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2010-08-28 09:11:18
Salt Lake Tribune Special-Utah's Forclosures

Utah Foreclosure Rate Climbs but Still Lower Than National

By LESLEY MITCHELL | The Salt Lake Tribune | Updated Aug 27, 2010 04:44PM

More than 8 percent of Utah households with a mortgage were at risk of foreclosure this summer, reflecting continued weakness in the state’s economy and housing market. Nationally, nearly 10 percent of homeowners had missed at least one mortgage payment as of June, the Mortgage Bankers Association said Thursday.

While some aspects of the quarterly report show improvement in problem loans both in Utah and the nation as a whole, the number of people losing their homes to foreclosure remains discouragingly high, and the percentage of delinquent loans — those at least one month past due — continues to climb both in Utah and nationally. Many delinquencies result in foreclosures later on.

As of June, about 4.6 percent of all borrowers nationally were in foreclosure. In Utah, only about 3.4 percent of about 439,000 homeowners with a mortgage were in the process of losing their homes to foreclosure. While Utah’s foreclosure rate is lower than the national average, the state’s rate is climbing and is up from just under 3 percent last year. Utah is ranked 24th in the nation in foreclosures.

“Ultimately the housing story, whether it is delinquencies, home sales or housing starts, is an employment story,” Jay Brinkmann, the trade group’s top economist, said in a statement. “Only when we see a consistent increase in employment will we see an increase in sales and starts, and a sustained improvement in the delinquency numbers.”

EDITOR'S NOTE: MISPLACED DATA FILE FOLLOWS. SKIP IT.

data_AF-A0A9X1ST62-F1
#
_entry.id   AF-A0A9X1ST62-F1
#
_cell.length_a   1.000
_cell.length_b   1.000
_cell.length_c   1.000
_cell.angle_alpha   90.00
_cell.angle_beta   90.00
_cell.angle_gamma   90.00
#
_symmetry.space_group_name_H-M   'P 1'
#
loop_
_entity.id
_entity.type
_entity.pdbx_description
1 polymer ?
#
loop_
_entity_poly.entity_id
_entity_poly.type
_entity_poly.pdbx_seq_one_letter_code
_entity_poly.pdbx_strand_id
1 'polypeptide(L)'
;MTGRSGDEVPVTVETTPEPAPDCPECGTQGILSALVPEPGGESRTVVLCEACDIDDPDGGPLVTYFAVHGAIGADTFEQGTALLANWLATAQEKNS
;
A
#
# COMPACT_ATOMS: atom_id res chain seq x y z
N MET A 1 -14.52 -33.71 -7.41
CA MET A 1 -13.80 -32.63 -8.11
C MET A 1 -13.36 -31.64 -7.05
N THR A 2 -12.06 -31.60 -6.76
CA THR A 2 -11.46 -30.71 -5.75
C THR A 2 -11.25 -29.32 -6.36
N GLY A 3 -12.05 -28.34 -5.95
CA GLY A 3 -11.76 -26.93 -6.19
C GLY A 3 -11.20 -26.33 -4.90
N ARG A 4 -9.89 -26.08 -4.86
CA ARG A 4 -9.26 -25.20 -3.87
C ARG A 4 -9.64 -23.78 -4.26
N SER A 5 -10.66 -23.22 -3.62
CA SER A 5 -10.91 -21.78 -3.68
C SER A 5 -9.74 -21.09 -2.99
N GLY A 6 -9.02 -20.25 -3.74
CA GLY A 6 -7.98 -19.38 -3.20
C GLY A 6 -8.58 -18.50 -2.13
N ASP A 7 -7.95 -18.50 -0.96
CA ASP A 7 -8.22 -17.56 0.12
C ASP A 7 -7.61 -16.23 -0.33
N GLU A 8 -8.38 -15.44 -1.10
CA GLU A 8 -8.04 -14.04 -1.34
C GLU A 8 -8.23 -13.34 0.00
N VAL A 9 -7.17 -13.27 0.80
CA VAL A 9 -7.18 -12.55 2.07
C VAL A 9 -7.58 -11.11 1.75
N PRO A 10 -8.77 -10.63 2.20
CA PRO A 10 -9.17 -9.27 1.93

In addition to the poor job market, foreclosures also have been climbing due to falling home prices. When prices are falling, as they are in most areas of the Wasatch Front, more homeowners end up owing more on their mortgages than their homes are worth.

According to another report out Thursday, about 19.3 percent of all residential properties in Salt Lake City with a mortgage were in a so-called “negative equity” situation in the second quarter. An additional 6.3 percent were approaching the point at which they would owe more on their homes than their homes are worth, according to California-based business information firm CoreLogic.

Think that’s a lot of folks who are “under water?” In Nevada, an estimated 68 percent of all of its mortgaged properties are underwater, followed by Arizona (50 percent), Florida (46 percent), Michigan (38 percent) and California (33 percent). Those homeowners are at greater risk of getting in a financial bind should they lose a job or face some other financial hardship and have to sell their property.

“A substantial number of people owe more on their homes than they are worth, and they continue to walk away,” said Colorado economist Tucker Hart Adams. Adams said another factor driving delinquencies are all those risky loans with undesirable terms made during the height of the market. A number of borrowers with those loans can’t refinance into super-low fixed rate loans and will eventually lose their properties to foreclosure. For a number of reasons, 'I think we’re a long way from recovery,” she said.

Government efforts also haven’t made much of a difference in preventing foreclosures, experts say. Nearly half of the 1.3 million homeowners who enrolled in the Obama administration’s main mortgage-relief program have been cut loose through July, the Treasury Department said last week. The program is intended to help those at risk of foreclosure by lowering their monthly mortgage payments. Only about a third of those who started the program have received permanent loan modifications and are making their payments on time.

The Associated Press contributed to this report.

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